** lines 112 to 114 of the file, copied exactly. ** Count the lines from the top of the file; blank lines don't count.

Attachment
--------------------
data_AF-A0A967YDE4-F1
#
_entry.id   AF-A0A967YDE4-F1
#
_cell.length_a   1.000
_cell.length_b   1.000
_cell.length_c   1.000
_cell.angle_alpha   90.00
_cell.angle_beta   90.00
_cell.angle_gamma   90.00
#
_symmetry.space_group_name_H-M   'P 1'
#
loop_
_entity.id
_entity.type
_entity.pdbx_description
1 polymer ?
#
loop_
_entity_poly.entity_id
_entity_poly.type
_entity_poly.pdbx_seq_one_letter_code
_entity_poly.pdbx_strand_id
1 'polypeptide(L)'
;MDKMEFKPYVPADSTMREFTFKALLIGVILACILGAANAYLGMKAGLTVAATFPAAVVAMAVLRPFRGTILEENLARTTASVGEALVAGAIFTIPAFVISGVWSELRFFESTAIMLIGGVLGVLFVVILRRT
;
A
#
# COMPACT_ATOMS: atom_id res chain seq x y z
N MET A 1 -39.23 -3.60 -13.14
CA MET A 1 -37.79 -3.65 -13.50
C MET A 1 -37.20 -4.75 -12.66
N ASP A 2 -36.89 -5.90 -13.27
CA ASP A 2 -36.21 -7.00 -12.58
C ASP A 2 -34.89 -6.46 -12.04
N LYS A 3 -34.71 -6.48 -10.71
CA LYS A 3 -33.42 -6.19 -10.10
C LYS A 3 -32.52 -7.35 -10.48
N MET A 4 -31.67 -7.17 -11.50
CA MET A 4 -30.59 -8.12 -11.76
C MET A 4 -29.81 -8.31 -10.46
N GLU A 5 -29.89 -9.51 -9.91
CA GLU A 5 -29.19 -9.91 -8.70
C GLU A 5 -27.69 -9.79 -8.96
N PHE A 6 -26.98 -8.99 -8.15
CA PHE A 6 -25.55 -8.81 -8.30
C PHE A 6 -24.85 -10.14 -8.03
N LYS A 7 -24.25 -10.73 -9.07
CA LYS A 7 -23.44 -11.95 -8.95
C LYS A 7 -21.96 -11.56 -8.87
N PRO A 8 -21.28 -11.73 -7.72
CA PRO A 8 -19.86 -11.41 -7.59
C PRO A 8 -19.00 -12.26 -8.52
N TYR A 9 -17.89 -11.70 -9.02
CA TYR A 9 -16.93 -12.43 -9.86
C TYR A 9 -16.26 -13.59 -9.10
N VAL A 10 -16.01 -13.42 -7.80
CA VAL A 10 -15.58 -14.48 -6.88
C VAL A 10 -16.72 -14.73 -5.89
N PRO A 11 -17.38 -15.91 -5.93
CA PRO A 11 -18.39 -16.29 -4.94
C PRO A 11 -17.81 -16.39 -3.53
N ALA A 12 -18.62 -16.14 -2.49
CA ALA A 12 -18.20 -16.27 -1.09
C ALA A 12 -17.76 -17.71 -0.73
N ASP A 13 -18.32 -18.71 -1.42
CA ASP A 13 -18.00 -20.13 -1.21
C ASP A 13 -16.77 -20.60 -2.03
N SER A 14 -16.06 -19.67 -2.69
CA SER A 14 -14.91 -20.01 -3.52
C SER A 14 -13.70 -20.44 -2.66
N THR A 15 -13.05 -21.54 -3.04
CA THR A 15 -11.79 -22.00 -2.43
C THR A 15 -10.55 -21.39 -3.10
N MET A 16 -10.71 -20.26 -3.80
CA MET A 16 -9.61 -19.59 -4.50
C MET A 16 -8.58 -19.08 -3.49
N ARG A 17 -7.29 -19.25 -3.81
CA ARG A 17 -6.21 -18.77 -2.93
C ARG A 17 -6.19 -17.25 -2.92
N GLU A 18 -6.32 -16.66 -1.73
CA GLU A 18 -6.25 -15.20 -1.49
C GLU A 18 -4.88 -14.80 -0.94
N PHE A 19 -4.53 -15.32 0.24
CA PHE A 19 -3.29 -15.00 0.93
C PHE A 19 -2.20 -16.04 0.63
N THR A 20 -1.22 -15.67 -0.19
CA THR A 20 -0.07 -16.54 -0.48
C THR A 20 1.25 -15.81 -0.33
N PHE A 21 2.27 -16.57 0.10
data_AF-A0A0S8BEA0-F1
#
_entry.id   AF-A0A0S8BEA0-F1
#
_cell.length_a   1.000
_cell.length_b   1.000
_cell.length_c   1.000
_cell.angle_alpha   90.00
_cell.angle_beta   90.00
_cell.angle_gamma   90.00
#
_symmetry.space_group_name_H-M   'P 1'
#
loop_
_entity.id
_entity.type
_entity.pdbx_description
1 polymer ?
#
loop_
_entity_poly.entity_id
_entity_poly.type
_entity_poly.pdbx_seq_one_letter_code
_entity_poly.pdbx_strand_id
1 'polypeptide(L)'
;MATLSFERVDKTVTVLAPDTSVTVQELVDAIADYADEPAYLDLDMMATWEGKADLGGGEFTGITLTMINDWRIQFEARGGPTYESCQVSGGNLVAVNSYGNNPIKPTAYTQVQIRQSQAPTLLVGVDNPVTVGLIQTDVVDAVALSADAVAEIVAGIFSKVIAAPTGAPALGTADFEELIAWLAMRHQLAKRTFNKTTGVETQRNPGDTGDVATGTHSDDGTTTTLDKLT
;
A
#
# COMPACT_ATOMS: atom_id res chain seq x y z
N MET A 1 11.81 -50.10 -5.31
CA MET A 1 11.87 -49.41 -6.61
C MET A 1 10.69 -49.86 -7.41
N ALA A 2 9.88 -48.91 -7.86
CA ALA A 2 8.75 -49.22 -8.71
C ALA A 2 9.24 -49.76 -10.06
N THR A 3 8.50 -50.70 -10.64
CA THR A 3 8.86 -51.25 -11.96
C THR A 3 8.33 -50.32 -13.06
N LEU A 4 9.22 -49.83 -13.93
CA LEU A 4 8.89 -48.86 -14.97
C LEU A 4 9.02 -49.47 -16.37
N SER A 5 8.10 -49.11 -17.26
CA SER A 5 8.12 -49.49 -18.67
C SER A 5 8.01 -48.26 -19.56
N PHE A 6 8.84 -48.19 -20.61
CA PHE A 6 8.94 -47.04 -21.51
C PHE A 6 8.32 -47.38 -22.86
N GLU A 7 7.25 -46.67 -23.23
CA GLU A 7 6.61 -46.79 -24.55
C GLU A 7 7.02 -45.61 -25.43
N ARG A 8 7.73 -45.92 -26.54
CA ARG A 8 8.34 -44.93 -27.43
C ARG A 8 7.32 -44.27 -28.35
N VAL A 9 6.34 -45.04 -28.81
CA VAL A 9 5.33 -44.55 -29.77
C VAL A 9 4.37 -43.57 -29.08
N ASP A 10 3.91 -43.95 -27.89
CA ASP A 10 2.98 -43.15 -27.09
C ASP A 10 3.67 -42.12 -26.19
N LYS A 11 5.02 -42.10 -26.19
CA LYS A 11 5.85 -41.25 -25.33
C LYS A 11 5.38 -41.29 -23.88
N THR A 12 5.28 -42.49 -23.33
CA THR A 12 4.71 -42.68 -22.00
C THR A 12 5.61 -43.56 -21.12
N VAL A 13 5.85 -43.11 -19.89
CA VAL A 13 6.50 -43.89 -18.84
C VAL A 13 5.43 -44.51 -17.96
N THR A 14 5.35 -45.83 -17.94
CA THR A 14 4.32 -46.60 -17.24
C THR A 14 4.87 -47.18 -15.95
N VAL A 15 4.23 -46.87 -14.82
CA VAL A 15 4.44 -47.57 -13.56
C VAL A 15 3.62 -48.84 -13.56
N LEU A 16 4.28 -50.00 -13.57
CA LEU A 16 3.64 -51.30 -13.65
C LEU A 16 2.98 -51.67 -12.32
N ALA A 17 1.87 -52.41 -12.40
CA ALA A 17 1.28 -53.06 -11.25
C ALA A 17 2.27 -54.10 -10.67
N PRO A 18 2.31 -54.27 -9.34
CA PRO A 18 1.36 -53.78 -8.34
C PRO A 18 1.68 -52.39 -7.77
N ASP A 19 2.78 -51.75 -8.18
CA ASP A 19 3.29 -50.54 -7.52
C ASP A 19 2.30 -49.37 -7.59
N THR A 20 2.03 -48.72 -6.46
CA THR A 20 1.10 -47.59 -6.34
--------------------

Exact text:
_entity_poly.entity_id
_entity_poly.type
_entity_poly.pdbx_seq_one_letter_code